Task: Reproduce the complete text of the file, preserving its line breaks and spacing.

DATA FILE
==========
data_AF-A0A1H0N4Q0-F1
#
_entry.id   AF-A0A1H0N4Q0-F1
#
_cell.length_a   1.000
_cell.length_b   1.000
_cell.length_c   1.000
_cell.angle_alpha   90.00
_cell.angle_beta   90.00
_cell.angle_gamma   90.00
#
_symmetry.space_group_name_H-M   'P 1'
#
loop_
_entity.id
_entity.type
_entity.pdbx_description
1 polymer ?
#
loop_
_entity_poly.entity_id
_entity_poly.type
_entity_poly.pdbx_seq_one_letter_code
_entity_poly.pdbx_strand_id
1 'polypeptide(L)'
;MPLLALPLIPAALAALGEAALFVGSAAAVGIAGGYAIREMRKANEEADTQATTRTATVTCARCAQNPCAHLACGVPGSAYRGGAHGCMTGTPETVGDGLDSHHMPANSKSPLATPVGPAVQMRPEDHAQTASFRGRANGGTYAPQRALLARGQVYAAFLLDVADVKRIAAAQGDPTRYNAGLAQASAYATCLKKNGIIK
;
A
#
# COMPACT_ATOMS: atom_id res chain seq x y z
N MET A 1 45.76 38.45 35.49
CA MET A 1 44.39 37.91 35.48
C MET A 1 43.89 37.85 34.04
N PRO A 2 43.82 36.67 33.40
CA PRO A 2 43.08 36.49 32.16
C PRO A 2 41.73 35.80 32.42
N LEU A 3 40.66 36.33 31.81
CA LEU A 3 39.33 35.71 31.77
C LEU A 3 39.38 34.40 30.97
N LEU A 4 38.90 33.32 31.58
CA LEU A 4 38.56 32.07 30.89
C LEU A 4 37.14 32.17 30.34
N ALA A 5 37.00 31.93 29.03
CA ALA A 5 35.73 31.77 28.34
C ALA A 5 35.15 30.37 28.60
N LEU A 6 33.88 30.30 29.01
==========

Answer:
data_AF-A0A1H0N4Q0-F1
#
_entry.id   AF-A0A1H0N4Q0-F1
#
_cell.length_a   1.000
_cell.length_b   1.000
_cell.length_c   1.000
_cell.angle_alpha   90.00
_cell.angle_beta   90.00
_cell.angle_gamma   90.00
#
_symmetry.space_group_name_H-M   'P 1'
#
loop_
_entity.id
_entity.type
_entity.pdbx_description
1 polymer ?
#
loop_
_entity_poly.entity_id
_entity_poly.type
_entity_poly.pdbx_seq_one_letter_code
_entity_poly.pdbx_strand_id
1 'polypeptide(L)'
;MPLLALPLIPAALAALGEAALFVGSAAAVGIAGGYAIREMRKANEEADTQATTRTATVTCARCAQNPCAHLACGVPGSAYRGGAHGCMTGTPETVGDGLDSHHMPANSKSPLATPVGPAVQMRPEDHAQTASFRGRANGGTYAPQRALLARGQVYAAFLLDVADVKRIAAAQGDPTRYNAGLAQASAYATCLKKNGIIK
;
A
#
# COMPACT_ATOMS: atom_id res chain seq x y z
N MET A 1 45.76 38.45 35.49
CA MET A 1 44.39 37.91 35.48
C MET A 1 43.89 37.85 34.04
N PRO A 2 43.82 36.67 33.40
CA PRO A 2 43.08 36.49 32.16
C PRO A 2 41.73 35.80 32.42
N LEU A 3 40.66 36.33 31.81
CA LEU A 3 39.33 35.71 31.77
C LEU A 3 39.38 34.40 30.97
N LEU A 4 38.90 33.32 31.58
CA LEU A 4 38.56 32.07 30.89
C LEU A 4 37.14 32.17 30.34
N ALA A 5 37.00 31.93 29.03
CA ALA A 5 35.73 31.77 28.34
C ALA A 5 35.15 30.37 28.60
N LEU A 6 33.88 30.30 29.01